Saturday, August 23, 2014

Robin LaFever's "Grace Mercy"

Robin LaFever's Grace Mercy

 (His Fair Assassins, Book 1)

(From Goodreads )
Grave Mercy (His Fair Assassin, #1)
Why be the sheep, when you can be the wolf?

Seventeen-year-old Ismae escapes from the brutality of an arranged marriage into the sanctuary of the convent of St. Mortain, where the sisters still serve the gods of old. Here she learns that the god of Death Himself has blessed her with dangerous gifts—and a violent destiny. If she chooses to stay at the convent, she will be trained as an assassin and serve as a handmaiden to Death. To claim her new life, she must destroy the lives of others.

Ismae’s most important assignment takes her straight into the high court of Brittany—where she finds herself woefully under prepared—not only for the deadly games of intrigue and treason, but for the impossible choices she must make. For how can she deliver Death’s vengeance upon a target who, against her will, has stolen her heart?

Have you ever looked at a book and thought, "No, this can't be as good as it's cover is?" In the case of this one, utterly not true. This novel is as enticing, dramatic and passionate as that girl in a red dress and crossbow on the cover is.
The novel is set in a 15th century Brittany, tinged with magic and old religions, similar to some of Guy Gavriel Kay's novels. I found myself pulled into the world so completely that I was amazed to find the concept of St. Mortain was the author's invention!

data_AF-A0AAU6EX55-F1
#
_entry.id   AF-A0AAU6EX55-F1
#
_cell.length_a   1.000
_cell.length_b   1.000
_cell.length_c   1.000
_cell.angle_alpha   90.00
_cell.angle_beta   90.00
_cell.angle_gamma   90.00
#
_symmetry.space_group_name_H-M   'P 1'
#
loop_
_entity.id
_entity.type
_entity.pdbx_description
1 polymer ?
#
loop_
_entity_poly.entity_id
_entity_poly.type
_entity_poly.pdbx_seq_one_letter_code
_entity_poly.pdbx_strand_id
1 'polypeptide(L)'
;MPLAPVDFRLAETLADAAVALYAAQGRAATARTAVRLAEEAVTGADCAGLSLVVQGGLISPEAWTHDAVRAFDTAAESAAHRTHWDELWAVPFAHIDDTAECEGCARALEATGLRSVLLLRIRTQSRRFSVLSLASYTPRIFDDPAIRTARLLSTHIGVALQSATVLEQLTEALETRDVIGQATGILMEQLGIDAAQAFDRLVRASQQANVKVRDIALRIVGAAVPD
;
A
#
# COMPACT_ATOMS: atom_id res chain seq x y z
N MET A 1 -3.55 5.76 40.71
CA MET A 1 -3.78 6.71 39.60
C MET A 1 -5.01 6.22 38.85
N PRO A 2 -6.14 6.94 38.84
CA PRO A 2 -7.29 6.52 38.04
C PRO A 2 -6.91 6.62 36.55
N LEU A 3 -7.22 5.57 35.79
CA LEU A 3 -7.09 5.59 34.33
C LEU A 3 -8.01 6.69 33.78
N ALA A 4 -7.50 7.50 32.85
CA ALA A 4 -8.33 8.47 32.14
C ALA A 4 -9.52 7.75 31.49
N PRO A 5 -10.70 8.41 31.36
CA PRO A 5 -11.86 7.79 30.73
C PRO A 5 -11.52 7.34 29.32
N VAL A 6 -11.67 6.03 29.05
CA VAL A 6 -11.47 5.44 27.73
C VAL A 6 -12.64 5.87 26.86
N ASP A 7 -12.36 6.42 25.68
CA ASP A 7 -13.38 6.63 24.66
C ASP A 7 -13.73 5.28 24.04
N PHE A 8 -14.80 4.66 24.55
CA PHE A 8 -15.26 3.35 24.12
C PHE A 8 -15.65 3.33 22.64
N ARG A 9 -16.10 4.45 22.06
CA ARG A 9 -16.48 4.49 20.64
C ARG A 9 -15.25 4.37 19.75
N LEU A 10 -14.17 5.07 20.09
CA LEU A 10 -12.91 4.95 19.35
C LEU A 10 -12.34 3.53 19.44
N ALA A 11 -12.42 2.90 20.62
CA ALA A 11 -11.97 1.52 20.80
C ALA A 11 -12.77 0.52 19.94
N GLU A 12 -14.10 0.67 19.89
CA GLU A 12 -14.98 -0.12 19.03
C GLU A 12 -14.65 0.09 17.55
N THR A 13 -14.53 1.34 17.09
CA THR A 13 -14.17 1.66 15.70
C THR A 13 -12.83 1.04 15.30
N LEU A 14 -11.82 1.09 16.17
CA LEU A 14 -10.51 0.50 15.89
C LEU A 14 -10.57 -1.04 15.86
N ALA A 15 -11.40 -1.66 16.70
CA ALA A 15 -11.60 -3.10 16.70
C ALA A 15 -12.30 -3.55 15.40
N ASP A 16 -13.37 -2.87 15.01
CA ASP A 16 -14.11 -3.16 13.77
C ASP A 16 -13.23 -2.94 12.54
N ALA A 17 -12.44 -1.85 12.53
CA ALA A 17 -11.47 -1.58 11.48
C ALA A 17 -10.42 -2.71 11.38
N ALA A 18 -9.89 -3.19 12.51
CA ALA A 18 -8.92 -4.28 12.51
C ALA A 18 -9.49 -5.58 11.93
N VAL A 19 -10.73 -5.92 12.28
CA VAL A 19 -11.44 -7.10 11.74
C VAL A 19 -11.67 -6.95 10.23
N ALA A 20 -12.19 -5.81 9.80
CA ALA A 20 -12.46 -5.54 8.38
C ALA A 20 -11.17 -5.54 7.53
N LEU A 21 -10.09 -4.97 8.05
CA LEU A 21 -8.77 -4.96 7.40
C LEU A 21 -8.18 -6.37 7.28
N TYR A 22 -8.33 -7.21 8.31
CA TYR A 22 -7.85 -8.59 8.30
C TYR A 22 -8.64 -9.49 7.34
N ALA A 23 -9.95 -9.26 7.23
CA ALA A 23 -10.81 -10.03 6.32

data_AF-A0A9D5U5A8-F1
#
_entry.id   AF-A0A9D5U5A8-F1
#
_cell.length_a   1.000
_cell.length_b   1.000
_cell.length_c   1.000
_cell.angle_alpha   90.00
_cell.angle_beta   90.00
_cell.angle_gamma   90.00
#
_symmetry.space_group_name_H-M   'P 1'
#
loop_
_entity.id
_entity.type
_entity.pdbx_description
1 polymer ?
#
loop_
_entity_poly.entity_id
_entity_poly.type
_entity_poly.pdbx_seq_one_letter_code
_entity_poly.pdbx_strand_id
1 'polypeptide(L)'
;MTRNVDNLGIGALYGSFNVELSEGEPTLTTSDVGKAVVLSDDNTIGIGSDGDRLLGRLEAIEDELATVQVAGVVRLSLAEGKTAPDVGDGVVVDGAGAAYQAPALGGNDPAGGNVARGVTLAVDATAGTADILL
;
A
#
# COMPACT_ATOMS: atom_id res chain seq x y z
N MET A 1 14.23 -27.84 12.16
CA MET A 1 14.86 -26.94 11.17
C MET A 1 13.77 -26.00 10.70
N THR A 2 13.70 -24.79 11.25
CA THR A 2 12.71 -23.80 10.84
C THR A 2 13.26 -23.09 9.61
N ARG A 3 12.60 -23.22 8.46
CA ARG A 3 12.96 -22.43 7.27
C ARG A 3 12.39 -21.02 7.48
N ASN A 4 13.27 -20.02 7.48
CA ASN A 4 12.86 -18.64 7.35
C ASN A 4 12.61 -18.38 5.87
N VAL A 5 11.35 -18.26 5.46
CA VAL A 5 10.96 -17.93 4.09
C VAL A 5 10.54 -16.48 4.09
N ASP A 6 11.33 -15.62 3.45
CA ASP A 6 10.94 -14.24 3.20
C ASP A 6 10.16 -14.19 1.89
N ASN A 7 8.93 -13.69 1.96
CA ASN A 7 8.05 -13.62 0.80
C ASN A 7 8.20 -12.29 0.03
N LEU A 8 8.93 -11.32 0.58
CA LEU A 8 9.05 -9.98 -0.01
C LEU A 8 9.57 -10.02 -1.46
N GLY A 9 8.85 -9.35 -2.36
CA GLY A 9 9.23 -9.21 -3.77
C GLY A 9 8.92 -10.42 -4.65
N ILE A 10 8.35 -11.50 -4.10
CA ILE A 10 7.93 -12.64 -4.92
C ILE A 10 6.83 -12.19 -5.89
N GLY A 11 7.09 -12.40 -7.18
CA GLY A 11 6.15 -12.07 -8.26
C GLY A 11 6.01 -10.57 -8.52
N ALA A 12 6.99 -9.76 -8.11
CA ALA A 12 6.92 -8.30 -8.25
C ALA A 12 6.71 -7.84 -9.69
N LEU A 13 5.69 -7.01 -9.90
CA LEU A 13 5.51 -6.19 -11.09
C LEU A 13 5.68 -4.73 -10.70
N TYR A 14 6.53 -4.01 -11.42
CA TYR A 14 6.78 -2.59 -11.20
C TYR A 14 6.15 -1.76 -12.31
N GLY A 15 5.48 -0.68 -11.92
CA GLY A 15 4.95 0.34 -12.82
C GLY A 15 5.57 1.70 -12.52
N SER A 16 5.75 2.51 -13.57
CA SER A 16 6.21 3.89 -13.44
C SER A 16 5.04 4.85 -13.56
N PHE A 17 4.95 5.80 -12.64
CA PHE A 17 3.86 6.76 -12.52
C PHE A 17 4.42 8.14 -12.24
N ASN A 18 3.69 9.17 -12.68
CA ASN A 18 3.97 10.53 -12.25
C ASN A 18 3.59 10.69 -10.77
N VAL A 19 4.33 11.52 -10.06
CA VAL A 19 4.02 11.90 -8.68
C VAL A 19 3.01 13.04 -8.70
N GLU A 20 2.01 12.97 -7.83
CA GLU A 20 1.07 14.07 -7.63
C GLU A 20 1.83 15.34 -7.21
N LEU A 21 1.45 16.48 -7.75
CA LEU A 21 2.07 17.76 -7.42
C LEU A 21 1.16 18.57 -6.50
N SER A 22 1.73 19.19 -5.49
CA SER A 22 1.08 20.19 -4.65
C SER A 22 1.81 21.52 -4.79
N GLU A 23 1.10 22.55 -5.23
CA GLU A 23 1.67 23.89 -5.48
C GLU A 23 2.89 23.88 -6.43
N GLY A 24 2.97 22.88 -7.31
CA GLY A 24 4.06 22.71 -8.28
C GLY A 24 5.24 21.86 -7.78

Grave Mercy features so, so many amazing female characters. Seriously, I don't know if I've read another work this year that had so many great characters; good, evil and morally ambiguous. Main character Ismae's character development throughout the novel is astounding, and the reader is always rooting for her, even when she falters.
There's plenty of intrigue and danger, but as a reader I never felt overwhelmed by it, instead, I was racing to find out what happened next! Plus, an incredible, simmering into explosion sort of romance.
There is some violence and romantic situations, as well as frank discussion of what it's like to be a woman in the Dark Ages, so I'd give it a PG-13 rating.
--reviewed by Carrie

This series is full of kick-butt ladies getting things done their way, so I don't think there's a better song than this one.  I can picture Ismae waging some serious war to this song's driving beat and Xena like vocals.
Santigold featuring Karen O: GO 

1 comment:

  1. Oooh, I'm so adding this one to my TBR! And I love me some Santigold :)